Memory care assisted living is more than a secure building. It combines the services of assisted living with the safety and special programming of memory care.
What is memory care assisted living? [video]
That means your loved one gets help when it’s needed, but can still make his or her own choices — all in an environment uniquely designed to support people living with Alzheimer’s disease and other related dementias.
The Good Samaritan Society’s memory care assisted living communities are modern and designed to feel like home.
Watch a virtual tour of a memory care assisted living community:
Memory care assisted living communities should provide more than a secured building. The community itself should be designed around nurturing and supporting residents’ unique needs.
Memory care assisted living communities contain key design elements that engage residents through the five senses, connect them with fond memories and provide details to help with recognition:
- Life skills stations are shared spaces within households that help residents recall favorite interests or daily activities. Life skills stations might include props like utensils in a kitchen or a tape measure at a "handyman" station that residents can interact with.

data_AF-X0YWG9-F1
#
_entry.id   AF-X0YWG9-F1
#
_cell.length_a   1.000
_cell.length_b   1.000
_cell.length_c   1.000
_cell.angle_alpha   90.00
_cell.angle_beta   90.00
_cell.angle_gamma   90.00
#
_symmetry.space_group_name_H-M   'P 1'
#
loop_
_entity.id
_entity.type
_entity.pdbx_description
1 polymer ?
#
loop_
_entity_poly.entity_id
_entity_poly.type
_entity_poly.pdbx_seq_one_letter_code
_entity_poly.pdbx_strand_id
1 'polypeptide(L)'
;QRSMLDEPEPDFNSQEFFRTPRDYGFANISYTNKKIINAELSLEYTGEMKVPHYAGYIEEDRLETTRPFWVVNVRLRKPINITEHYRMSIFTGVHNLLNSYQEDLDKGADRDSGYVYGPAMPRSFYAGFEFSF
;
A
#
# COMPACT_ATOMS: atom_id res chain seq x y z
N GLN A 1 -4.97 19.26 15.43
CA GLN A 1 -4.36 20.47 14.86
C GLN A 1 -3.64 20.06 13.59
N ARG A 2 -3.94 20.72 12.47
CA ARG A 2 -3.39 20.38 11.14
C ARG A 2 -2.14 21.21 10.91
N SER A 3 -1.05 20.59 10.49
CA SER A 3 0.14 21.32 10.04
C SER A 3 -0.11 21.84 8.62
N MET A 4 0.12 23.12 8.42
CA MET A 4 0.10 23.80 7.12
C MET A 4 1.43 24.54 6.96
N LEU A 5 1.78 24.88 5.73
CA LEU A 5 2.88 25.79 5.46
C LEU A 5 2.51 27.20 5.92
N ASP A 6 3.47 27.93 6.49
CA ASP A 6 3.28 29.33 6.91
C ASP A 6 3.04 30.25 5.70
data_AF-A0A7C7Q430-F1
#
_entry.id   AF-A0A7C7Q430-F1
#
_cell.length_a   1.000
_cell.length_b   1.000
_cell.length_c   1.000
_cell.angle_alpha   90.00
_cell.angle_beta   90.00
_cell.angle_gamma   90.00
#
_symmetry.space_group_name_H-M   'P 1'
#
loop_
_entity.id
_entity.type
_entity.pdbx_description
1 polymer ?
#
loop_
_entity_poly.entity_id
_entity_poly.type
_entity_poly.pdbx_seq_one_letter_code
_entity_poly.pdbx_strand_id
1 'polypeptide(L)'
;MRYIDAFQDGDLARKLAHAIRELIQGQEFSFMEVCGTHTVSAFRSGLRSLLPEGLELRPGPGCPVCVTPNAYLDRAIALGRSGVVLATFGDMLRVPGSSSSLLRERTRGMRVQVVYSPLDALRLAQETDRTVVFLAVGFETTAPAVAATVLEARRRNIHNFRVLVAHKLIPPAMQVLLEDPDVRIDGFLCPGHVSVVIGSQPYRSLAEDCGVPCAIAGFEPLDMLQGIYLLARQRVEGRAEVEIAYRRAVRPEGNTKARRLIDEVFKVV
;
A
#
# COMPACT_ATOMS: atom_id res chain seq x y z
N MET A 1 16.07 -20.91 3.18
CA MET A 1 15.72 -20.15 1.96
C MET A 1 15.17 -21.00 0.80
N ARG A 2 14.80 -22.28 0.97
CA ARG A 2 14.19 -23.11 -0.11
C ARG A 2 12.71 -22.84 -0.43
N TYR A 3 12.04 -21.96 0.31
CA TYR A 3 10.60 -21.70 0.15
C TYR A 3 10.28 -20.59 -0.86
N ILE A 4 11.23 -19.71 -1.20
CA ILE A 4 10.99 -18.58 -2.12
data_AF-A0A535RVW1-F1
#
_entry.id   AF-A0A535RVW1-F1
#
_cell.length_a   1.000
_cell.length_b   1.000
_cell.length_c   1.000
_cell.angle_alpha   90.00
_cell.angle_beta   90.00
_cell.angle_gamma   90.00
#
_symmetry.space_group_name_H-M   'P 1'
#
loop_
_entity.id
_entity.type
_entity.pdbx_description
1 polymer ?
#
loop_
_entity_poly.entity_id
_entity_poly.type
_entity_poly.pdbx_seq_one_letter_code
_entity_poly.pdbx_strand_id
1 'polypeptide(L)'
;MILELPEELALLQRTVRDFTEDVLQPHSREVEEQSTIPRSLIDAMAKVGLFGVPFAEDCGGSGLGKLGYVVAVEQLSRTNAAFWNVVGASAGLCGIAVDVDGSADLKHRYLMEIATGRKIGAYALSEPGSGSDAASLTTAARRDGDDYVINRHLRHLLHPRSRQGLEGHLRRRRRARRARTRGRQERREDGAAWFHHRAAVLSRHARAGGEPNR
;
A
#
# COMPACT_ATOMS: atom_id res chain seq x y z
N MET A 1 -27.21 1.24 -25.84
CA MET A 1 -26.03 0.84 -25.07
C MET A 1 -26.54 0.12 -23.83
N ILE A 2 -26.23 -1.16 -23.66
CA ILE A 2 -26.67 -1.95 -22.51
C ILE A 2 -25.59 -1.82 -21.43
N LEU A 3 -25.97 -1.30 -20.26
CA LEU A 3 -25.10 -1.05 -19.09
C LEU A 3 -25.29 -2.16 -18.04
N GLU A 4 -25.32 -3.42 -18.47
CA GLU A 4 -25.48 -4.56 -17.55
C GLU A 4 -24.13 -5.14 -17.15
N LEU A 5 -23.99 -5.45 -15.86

- A sensory room provides a calming and soothing setting for residents with objects like soft blankets and pillows or scented hand lotions.
- Environmental cues, such as a bowl of fruit, can drive “wayfinding,” which helps a person recognize and navigate their surroundings.
- A sensory courtyard is a contained outdoor space where residents can take in fresh air, watch a bird splash in a birdbath, or taste fresh fruits and vegetables.
- Common areas provide opportunities for residents to interact with others.
Whether it's gathering around the living room TV or enjoying a breath of fresh air outside, these design elements can help your loved one feel at home.
"We chose to develop our memory care assisted living facilities using the household model, as we believe this model will enhance the living environment for our residents and the working environment for our staff."
– Greg Amble, Good Samaritan Society director of construction and design
Walking, not wandering
Well-designed pathways are another subtle yet important design element in memory care assisted living, because six in 10 people with dementia will wander.
A walking path in a contained sensory courtyard can help residents explore the outdoors as they move from touching plants in one area to sitting on benches in another.
Inside, life skills stations and common areas are positioned so a resident's wandering turns into walking.
Modifying wandering behavior into walking can help each resident stay physically healthy.
Assisted living memory care helps residents gain a sense of purpose through familiar activities and gives them a chance to pursue their passions. It’s about more than just living through a diagnosis. It’s about getting the most out of life.